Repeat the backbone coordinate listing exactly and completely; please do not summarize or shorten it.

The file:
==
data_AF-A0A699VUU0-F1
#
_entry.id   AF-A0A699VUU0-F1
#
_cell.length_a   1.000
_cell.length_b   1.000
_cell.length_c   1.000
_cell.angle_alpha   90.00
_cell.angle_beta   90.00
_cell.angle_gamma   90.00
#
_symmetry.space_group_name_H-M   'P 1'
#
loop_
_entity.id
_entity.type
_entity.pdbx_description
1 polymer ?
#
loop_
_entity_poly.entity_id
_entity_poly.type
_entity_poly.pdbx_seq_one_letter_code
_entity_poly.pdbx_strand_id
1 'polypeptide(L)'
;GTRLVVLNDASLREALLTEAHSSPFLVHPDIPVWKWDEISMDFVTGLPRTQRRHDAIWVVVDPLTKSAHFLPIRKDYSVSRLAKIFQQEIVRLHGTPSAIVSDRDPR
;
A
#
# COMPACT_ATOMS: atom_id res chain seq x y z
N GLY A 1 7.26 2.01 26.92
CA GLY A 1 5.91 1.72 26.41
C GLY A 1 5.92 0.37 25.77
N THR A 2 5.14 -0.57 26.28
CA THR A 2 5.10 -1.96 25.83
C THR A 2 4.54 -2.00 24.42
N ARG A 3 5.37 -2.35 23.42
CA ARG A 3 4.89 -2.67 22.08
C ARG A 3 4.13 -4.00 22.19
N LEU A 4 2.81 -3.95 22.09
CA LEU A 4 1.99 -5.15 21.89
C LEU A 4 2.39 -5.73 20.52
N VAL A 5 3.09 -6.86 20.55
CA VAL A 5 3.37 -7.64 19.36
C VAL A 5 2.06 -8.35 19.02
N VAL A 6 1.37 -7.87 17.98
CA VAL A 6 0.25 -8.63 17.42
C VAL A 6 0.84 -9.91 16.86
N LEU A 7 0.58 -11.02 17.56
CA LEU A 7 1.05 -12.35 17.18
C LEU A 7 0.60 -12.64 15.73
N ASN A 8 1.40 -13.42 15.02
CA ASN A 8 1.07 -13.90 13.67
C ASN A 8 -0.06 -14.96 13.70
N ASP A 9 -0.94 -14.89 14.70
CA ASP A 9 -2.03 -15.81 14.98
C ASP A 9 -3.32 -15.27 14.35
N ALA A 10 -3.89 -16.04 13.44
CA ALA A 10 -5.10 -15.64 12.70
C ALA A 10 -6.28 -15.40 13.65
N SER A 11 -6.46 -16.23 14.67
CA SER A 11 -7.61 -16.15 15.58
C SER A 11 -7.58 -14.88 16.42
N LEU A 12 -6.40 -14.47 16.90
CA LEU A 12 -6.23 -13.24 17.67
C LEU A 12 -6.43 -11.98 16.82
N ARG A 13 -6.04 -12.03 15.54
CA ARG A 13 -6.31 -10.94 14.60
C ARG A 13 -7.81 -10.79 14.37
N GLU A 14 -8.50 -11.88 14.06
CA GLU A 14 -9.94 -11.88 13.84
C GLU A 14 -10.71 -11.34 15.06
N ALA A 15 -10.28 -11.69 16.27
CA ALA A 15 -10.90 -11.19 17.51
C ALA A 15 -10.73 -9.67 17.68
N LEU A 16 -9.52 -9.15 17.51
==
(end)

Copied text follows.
data_AF-A0A699VUU0-F1
#
_entry.id   AF-A0A699VUU0-F1
#
_cell.length_a   1.000
_cell.length_b   1.000
_cell.length_c   1.000
_cell.angle_alpha   90.00
_cell.angle_beta   90.00
_cell.angle_gamma   90.00
#
_symmetry.space_group_name_H-M   'P 1'
#
loop_
_entity.id
_entity.type
_entity.pdbx_description
1 polymer ?
#
loop_
_entity_poly.entity_id
_entity_poly.type
_entity_poly.pdbx_seq_one_letter_code
_entity_poly.pdbx_strand_id
1 'polypeptide(L)'
;GTRLVVLNDASLREALLTEAHSSPFLVHPDIPVWKWDEISMDFVTGLPRTQRRHDAIWVVVDPLTKSAHFLPIRKDYSVSRLAKIFQQEIVRLHGTPSAIVSDRDPR
;
A
#
# COMPACT_ATOMS: atom_id res chain seq x y z
N GLY A 1 7.26 2.01 26.92
CA GLY A 1 5.91 1.72 26.41
C GLY A 1 5.92 0.37 25.77
N THR A 2 5.14 -0.57 26.28
CA THR A 2 5.10 -1.96 25.83
C THR A 2 4.54 -2.00 24.42
N ARG A 3 5.37 -2.35 23.42
CA ARG A 3 4.89 -2.67 22.08
C ARG A 3 4.13 -4.00 22.19
N LEU A 4 2.81 -3.95 22.09
CA LEU A 4 1.99 -5.15 21.89
C LEU A 4 2.39 -5.73 20.52
N VAL A 5 3.09 -6.86 20.55
CA VAL A 5 3.37 -7.64 19.36
C VAL A 5 2.06 -8.35 19.02
N VAL A 6 1.37 -7.87 17.98
CA VAL A 6 0.25 -8.63 17.42
C VAL A 6 0.84 -9.91 16.86
N LEU A 7 0.58 -11.02 17.56
CA LEU A 7 1.05 -12.35 17.18
C LEU A 7 0.60 -12.64 15.73
N ASN A 8 1.40 -13.42 15.02
CA ASN A 8 1.07 -13.90 13.67
C ASN A 8 -0.06 -14.96 13.70
N ASP A 9 -0.94 -14.89 14.70
CA ASP A 9 -2.03 -15.81 14.98
C ASP A 9 -3.32 -15.27 14.35
N ALA A 10 -3.89 -16.04 13.44
CA ALA A 10 -5.10 -15.64 12.70
C ALA A 10 -6.28 -15.40 13.65
N SER A 11 -6.46 -16.23 14.67
CA SER A 11 -7.61 -16.15 15.58
C SER A 11 -7.58 -14.88 16.42
N LEU A 12 -6.40 -14.47 16.90
CA LEU A 12 -6.23 -13.24 17.67
C LEU A 12 -6.43 -11.98 16.82
N ARG A 13 -6.04 -12.03 15.54
CA ARG A 13 -6.31 -10.94 14.60
C ARG A 13 -7.81 -10.79 14.37
N GLU A 14 -8.50 -11.88 14.06
CA GLU A 14 -9.94 -11.88 13.84
C GLU A 14 -10.71 -11.34 15.06
N ALA A 15 -10.28 -11.69 16.27
CA ALA A 15 -10.90 -11.19 17.51
C ALA A 15 -10.73 -9.67 17.68
N LEU A 16 -9.52 -9.15 17.51